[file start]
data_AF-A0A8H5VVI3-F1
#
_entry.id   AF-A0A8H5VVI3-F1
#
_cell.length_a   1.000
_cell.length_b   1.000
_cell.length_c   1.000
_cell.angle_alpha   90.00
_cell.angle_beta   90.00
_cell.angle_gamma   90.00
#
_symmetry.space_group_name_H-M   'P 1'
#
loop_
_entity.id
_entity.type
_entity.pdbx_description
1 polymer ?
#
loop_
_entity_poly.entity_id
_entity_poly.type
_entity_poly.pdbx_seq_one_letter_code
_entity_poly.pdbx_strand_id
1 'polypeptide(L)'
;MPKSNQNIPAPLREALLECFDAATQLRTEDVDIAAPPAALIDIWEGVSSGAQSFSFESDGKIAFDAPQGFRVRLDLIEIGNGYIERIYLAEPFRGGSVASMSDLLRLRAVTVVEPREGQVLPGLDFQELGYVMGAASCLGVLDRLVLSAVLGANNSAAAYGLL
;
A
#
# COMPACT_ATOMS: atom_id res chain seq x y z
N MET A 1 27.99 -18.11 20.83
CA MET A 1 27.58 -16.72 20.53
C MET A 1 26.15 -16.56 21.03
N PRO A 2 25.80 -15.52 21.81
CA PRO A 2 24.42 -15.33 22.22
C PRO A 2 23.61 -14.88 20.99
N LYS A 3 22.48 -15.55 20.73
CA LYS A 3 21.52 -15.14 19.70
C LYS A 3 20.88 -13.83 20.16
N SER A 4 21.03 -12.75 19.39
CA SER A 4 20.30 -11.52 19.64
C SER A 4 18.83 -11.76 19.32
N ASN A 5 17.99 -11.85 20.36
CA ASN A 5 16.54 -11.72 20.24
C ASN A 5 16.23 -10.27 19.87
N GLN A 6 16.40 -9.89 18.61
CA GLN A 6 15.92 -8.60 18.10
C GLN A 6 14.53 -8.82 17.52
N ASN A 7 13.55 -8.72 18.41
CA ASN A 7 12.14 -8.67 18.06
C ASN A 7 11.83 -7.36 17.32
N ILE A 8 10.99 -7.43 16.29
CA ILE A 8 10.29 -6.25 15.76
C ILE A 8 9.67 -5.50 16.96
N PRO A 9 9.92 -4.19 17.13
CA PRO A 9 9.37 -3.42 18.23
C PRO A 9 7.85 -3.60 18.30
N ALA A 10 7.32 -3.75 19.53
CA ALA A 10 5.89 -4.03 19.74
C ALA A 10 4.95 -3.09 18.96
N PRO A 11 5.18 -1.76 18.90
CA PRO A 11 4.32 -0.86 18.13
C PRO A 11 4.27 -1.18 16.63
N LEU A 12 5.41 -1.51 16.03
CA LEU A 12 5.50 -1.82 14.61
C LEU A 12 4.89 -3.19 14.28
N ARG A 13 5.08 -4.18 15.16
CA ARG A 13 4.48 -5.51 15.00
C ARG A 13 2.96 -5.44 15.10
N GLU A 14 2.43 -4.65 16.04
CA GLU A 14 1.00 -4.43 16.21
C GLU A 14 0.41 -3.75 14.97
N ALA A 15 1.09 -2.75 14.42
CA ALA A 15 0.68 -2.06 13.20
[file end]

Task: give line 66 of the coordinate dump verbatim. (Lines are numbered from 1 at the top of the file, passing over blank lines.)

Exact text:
C LEU A 12 4.89 -3.19 14.28